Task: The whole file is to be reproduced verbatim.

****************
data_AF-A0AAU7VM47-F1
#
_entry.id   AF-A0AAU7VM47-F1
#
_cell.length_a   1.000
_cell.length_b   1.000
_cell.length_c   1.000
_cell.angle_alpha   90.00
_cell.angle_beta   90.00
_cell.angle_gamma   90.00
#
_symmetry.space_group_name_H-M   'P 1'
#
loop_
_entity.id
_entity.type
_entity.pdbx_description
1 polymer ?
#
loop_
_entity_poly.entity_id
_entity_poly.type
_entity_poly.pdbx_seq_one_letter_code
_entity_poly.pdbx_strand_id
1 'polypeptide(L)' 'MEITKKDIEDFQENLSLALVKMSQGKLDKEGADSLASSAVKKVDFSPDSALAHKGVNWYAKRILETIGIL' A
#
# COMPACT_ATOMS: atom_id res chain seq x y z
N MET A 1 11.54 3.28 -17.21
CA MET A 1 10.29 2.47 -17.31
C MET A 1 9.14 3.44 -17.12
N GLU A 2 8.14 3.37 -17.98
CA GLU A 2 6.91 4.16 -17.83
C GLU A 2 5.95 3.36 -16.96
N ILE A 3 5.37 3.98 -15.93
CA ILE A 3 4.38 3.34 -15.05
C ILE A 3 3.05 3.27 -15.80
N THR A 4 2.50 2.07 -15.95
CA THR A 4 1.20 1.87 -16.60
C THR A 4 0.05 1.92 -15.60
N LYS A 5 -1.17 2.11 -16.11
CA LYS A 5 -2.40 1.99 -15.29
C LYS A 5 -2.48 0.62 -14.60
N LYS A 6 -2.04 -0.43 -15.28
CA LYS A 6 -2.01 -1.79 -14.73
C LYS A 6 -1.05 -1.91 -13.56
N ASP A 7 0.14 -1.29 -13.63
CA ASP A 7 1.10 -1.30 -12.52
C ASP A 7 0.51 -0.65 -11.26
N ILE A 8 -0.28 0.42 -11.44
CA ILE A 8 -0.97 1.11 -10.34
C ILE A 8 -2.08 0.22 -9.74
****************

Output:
data_AF-A0AAU7VM47-F1
#
_entry.id   AF-A0AAU7VM47-F1
#
_cell.length_a   1.000
_cell.length_b   1.000
_cell.length_c   1.000
_cell.angle_alpha   90.00
_cell.angle_beta   90.00
_cell.angle_gamma   90.00
#
_symmetry.space_group_name_H-M   'P 1'
#
loop_
_entity.id
_entity.type
_entity.pdbx_description
1 polymer ?
#
loop_
_entity_poly.entity_id
_entity_poly.type
_entity_poly.pdbx_seq_one_letter_code
_entity_poly.pdbx_strand_id
1 'polypeptide(L)' 'MEITKKDIEDFQENLSLALVKMSQGKLDKEGADSLASSAVKKVDFSPDSALAHKGVNWYAKRILETIGIL' A
#
# COMPACT_ATOMS: atom_id res chain seq x y z
N MET A 1 11.54 3.28 -17.21
CA MET A 1 10.29 2.47 -17.31
C MET A 1 9.14 3.44 -17.12
N GLU A 2 8.14 3.37 -17.98
CA GLU A 2 6.91 4.16 -17.83
C GLU A 2 5.95 3.36 -16.96
N ILE A 3 5.37 3.98 -15.93
CA ILE A 3 4.38 3.34 -15.05
C ILE A 3 3.05 3.27 -15.80
N THR A 4 2.50 2.07 -15.95
CA THR A 4 1.20 1.87 -16.60
C THR A 4 0.05 1.92 -15.60
N LYS A 5 -1.17 2.11 -16.11
CA LYS A 5 -2.40 1.99 -15.29
C LYS A 5 -2.48 0.62 -14.60
N LYS A 6 -2.04 -0.43 -15.28
CA LYS A 6 -2.01 -1.79 -14.73
C LYS A 6 -1.05 -1.91 -13.56
N ASP A 7 0.14 -1.29 -13.63
CA ASP A 7 1.10 -1.30 -12.52
C ASP A 7 0.51 -0.65 -11.26
N ILE A 8 -0.28 0.42 -11.44
CA ILE A 8 -0.97 1.11 -10.34
C ILE A 8 -2.08 0.22 -9.74